A Monument to a Monument: The Mary McLeod Bethune Memorial

Mary McLeod Bethune smiles as she poses for a portrait
Mary McLeod Bethune smiles as she poses for a portrait, March 14, 1955


The Clarion Voice is Stilled

When 79 year old Mary McLeod Bethune passed away on May 18, 1955 at her home, "The Retreat" on her beloved campus Bethune-Cookman College (now University), the world lost an educational pioneer, a visionary leader-activist, and a lover of people. Her death was followed by editorial tributes in African American newspapers across the United States. The Oklahoma City Black Dispatch stated she was, "Exhibit No. 1 for all who have faith in America and the democratic process." The Atlanta Daily World said her life was, "one of the most dramatic careers ever enacted at any time upon the stage of human activity." The Pittsburgh Courier wrote, "In any race or nation she would have been an outstanding personality and made a noteworthy contribution because her chief attribute was her indomitable soul."

The mainstream press praised Mrs. Bethune, too. Columnist Louis E. Martin said, "She gave out faith and hope as if they were pills and she some sort of doctor." Christian Century suggested, "the story of her life should be taught to every school child for generations to come." The New York Times noted she was, "one of the most potent factors in the growth of interracial goodwill in America." The Washington Post said: "So great were her dynamism and force that it was almost impossible to resist her... Not only her own people, but all of America has been enriched and ennobled by her courageous, ebullient spirit." Her hometown newspaper, the Daytona Beach Evening News printed, "To some she seemed unreal, something that could not be.... What right had she to greatness?... The lesson of Mrs. Bethune's life is that genius knows no racial barriers."

As the news of her death spread all over the world, her funeral was held five days later on the campus of her school, and was attended by thousands of people, including dignitaries and heads of state. Luminaries from all over the world sent notes and telegrams expressing their condolences in honor of the woman who had been called "the First Lady of Negro America," "the First Lady of the Struggle," or lovingly and simply, "Ma." She was even listed as one of America's greatest women, coming in at number ten.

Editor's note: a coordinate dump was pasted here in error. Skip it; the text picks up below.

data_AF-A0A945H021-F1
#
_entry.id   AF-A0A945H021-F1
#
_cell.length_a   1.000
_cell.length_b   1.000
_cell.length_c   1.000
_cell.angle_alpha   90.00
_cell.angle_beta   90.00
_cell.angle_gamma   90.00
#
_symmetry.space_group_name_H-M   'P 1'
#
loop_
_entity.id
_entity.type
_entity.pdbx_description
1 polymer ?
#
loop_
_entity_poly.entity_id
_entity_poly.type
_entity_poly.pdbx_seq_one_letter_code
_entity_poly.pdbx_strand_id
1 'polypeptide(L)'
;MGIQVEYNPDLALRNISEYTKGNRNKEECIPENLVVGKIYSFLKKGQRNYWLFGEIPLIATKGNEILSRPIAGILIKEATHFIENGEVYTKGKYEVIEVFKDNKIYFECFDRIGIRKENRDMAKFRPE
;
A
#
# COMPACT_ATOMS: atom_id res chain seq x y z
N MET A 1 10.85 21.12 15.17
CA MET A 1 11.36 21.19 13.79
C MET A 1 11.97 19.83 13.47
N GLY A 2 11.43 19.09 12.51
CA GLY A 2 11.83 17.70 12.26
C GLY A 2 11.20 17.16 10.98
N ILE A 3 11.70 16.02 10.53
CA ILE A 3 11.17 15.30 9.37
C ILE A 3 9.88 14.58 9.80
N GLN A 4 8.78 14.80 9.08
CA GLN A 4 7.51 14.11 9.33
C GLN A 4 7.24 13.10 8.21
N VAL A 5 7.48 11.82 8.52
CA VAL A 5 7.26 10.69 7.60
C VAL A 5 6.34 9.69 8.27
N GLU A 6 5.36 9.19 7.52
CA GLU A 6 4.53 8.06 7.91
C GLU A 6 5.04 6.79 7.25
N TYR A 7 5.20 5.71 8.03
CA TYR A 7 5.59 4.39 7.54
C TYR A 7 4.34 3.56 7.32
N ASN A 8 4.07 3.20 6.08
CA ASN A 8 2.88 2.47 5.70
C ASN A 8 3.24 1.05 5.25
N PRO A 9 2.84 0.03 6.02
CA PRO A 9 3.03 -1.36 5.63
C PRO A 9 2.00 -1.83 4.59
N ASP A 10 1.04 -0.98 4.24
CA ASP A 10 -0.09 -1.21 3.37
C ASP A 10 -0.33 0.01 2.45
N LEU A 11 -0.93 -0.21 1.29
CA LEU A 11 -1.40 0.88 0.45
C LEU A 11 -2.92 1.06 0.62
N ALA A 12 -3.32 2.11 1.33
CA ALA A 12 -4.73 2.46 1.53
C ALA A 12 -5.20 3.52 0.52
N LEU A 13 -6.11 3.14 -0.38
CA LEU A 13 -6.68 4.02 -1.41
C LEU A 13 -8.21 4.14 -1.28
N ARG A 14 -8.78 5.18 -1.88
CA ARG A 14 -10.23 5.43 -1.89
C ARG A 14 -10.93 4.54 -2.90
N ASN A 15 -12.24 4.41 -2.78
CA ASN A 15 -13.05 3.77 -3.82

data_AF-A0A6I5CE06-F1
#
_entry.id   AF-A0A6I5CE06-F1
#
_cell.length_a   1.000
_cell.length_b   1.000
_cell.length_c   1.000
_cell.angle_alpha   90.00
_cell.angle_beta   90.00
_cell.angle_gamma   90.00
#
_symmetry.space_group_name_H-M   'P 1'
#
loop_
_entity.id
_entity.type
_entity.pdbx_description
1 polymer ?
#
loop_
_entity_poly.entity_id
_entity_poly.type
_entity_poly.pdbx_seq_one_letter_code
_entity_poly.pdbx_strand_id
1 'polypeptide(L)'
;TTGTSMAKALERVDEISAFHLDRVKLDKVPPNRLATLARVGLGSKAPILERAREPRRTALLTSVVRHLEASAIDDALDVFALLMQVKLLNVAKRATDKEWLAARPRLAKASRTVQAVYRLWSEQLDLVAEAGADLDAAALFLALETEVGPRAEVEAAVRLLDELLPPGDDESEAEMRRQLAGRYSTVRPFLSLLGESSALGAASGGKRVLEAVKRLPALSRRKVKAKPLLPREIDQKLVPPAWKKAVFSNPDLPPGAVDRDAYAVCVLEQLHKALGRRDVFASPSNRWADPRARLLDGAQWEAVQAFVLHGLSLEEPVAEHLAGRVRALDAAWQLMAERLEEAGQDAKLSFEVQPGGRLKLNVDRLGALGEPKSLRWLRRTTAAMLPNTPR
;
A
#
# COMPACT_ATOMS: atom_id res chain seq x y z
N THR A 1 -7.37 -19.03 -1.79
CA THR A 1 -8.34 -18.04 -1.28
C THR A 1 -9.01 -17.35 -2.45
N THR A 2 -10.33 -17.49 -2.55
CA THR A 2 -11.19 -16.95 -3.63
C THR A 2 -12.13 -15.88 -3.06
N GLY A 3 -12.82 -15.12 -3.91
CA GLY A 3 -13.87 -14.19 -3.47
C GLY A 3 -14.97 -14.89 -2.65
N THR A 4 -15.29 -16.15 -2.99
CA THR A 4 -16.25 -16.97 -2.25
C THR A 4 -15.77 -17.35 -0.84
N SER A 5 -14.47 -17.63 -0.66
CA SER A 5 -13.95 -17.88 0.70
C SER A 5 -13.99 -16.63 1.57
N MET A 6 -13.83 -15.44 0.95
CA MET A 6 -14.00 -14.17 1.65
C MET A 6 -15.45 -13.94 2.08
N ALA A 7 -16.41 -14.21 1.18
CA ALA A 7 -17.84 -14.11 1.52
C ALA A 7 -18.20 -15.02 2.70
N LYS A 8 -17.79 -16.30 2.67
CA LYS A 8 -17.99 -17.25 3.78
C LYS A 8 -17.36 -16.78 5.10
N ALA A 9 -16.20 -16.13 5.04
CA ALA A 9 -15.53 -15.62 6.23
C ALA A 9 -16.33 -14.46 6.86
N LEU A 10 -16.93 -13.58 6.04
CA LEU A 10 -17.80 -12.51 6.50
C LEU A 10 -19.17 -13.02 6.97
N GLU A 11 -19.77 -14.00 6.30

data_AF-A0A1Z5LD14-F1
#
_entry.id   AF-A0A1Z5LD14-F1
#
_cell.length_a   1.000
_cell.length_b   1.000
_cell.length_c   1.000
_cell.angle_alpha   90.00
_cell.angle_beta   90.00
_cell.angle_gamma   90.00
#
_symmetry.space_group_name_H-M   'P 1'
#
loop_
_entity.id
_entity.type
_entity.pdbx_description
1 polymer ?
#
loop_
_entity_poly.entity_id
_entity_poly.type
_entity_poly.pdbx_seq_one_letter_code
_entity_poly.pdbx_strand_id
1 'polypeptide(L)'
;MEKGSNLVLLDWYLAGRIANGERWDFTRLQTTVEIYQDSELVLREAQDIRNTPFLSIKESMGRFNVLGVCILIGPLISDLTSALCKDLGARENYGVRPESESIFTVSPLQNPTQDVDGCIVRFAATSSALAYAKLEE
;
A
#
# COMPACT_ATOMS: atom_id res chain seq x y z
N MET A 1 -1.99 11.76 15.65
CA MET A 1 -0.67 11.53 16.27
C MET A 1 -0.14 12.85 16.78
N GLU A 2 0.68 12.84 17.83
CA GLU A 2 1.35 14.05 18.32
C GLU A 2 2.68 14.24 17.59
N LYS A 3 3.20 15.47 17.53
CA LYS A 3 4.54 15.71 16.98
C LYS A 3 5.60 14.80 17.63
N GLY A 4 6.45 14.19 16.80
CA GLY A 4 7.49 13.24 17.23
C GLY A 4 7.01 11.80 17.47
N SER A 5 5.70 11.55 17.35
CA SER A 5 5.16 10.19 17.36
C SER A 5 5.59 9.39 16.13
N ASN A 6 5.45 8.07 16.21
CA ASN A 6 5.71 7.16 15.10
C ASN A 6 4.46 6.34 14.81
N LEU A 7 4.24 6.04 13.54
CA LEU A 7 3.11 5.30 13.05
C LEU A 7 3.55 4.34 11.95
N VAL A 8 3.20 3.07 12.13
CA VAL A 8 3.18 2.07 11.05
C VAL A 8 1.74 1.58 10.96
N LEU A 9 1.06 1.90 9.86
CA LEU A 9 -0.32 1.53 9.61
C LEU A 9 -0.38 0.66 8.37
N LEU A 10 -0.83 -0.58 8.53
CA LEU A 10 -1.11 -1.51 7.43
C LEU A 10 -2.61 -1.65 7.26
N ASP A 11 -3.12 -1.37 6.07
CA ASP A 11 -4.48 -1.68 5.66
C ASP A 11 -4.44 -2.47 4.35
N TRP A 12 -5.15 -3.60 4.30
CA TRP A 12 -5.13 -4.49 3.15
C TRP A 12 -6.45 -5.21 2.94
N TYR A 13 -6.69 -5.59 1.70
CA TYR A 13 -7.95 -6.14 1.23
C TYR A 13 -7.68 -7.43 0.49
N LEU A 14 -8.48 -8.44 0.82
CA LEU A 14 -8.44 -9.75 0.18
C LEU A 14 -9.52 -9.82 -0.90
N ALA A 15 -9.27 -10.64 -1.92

Four figures sit at a table with microphones
Mary McLeod Bethune, an unidentified man, Dr. Channing Tobias, and Dorothy I. Height sit for a radio interview, ca. 1940s.


Memorializing Their Founder

In November 1957, Dorothy Irene Height was elected the fourth national president of the National Council of Negro Women, Inc. (NCNW). She had served NCNW in various capacities for the previous twenty years. She had the arduous task of leading NCNW during the early 1960s, a turbulent period of increased racial violence in the South as the Civil Rights Movement expanded. During her over four decades as NCNW president, she met this challenge head on, pushing for equal rights for all Americans regardless of race, class, or gender. One of her top priorities was to create a lasting, living monument to her beloved mentor. She is on record saying the following many, many times prior to her death on April 20, 2010:

"I don't think that outside of my mother and my church, there's been anything, any person of greater influence than Mary McLeod Bethune."

The first mention of NCNW creating a memorial honoring Mrs. Bethune came in 1958. The following year, the organization's plans became public knowledge when the Honorable Frances P. Bolton of Ohio introduced legislation in the First Session of the 86th Congress of the United States of America, House of Representatives on Monday, August 17, 1959. It read partly: